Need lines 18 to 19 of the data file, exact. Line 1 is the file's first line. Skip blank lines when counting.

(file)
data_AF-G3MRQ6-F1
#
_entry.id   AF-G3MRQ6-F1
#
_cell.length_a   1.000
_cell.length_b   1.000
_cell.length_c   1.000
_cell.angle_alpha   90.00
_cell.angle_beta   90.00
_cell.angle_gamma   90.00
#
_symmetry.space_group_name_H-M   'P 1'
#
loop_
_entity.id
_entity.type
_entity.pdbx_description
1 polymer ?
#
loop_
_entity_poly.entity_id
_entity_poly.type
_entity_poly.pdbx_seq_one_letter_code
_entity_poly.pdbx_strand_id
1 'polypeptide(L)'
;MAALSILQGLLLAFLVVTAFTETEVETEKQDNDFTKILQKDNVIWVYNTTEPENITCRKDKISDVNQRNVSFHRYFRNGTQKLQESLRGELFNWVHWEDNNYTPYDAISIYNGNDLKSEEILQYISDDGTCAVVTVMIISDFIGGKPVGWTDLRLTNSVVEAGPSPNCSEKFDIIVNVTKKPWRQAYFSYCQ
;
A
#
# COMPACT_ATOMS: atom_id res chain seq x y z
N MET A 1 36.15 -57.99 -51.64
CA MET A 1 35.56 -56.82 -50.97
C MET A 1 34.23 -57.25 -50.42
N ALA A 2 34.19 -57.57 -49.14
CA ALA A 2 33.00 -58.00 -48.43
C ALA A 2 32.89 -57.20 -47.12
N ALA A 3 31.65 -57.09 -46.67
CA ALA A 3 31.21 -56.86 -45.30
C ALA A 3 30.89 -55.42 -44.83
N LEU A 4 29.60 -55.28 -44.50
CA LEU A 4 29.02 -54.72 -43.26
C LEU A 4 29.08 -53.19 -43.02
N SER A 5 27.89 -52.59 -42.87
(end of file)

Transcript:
1 polymer ?
#